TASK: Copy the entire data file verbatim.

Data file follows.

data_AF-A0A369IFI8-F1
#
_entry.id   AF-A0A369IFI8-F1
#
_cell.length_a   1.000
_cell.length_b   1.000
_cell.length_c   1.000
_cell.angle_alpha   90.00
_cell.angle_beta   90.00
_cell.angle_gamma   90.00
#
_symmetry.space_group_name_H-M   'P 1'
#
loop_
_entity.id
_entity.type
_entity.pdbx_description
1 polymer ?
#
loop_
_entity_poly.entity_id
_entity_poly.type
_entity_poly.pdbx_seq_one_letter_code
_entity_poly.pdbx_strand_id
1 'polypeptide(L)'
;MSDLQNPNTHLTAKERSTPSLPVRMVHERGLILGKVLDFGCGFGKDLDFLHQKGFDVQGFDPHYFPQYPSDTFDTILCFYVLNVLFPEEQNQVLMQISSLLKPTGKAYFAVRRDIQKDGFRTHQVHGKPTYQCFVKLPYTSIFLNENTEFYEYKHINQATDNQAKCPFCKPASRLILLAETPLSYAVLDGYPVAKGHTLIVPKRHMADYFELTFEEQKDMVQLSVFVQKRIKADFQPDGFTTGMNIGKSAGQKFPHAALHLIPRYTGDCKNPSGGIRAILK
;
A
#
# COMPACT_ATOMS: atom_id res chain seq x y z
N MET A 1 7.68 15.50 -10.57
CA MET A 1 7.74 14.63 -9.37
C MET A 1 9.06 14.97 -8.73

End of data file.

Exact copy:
data_AF-A0A369IFI8-F1
#
_entry.id   AF-A0A369IFI8-F1
#
_cell.length_a   1.000
_cell.length_b   1.000
_cell.length_c   1.000
_cell.angle_alpha   90.00
_cell.angle_beta   90.00
_cell.angle_gamma   90.00
#
_symmetry.space_group_name_H-M   'P 1'
#
loop_
_entity.id
_entity.type
_entity.pdbx_description
1 polymer ?
#
loop_
_entity_poly.entity_id
_entity_poly.type
_entity_poly.pdbx_seq_one_letter_code
_entity_poly.pdbx_strand_id
1 'polypeptide(L)'
;MSDLQNPNTHLTAKERSTPSLPVRMVHERGLILGKVLDFGCGFGKDLDFLHQKGFDVQGFDPHYFPQYPSDTFDTILCFYVLNVLFPEEQNQVLMQISSLLKPTGKAYFAVRRDIQKDGFRTHQVHGKPTYQCFVKLPYTSIFLNENTEFYEYKHINQATDNQAKCPFCKPASRLILLAETPLSYAVLDGYPVAKGHTLIVPKRHMADYFELTFEEQKDMVQLSVFVQKRIKADFQPDGFTTGMNIGKSAGQKFPHAALHLIPRYTGDCKNPSGGIRAILK
;
A
#
# COMPACT_ATOMS: atom_id res chain seq x y z
N MET A 1 7.68 15.50 -10.57
CA MET A 1 7.74 14.63 -9.37
C MET A 1 9.06 14.97 -8.73